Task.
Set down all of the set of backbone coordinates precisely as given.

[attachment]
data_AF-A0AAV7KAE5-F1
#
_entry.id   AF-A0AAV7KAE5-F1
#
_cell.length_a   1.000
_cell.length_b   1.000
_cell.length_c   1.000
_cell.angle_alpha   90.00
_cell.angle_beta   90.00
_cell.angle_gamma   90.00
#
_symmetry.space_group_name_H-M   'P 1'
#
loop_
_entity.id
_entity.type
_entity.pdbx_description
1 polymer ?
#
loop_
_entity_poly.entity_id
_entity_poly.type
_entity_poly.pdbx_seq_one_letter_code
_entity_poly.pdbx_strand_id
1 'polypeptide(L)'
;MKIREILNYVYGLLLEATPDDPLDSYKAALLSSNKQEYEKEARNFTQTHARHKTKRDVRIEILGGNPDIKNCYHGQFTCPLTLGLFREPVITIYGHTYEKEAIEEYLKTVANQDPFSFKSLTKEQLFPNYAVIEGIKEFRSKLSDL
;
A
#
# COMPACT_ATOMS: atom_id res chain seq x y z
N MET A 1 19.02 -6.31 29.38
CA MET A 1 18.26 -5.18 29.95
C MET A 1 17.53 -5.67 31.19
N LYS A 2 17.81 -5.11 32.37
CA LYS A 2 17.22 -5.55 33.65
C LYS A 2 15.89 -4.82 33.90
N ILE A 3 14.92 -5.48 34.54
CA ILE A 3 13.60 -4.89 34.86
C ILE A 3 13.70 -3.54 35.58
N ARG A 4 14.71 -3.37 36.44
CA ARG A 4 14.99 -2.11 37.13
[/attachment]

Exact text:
data_AF-A0AAV7KAE5-F1
#
_entry.id   AF-A0AAV7KAE5-F1
#
_cell.length_a   1.000
_cell.length_b   1.000
_cell.length_c   1.000
_cell.angle_alpha   90.00
_cell.angle_beta   90.00
_cell.angle_gamma   90.00
#
_symmetry.space_group_name_H-M   'P 1'
#
loop_
_entity.id
_entity.type
_entity.pdbx_description
1 polymer ?
#
loop_
_entity_poly.entity_id
_entity_poly.type
_entity_poly.pdbx_seq_one_letter_code
_entity_poly.pdbx_strand_id
1 'polypeptide(L)'
;MKIREILNYVYGLLLEATPDDPLDSYKAALLSSNKQEYEKEARNFTQTHARHKTKRDVRIEILGGNPDIKNCYHGQFTCPLTLGLFREPVITIYGHTYEKEAIEEYLKTVANQDPFSFKSLTKEQLFPNYAVIEGIKEFRSKLSDL
;
A
#
# COMPACT_ATOMS: atom_id res chain seq x y z
N MET A 1 19.02 -6.31 29.38
CA MET A 1 18.26 -5.18 29.95
C MET A 1 17.53 -5.67 31.19
N LYS A 2 17.81 -5.11 32.37
CA LYS A 2 17.22 -5.55 33.65
C LYS A 2 15.89 -4.82 33.90
N ILE A 3 14.92 -5.48 34.54
CA ILE A 3 13.60 -4.89 34.86
C ILE A 3 13.70 -3.54 35.58
N ARG A 4 14.71 -3.37 36.44
CA ARG A 4 14.99 -2.11 37.13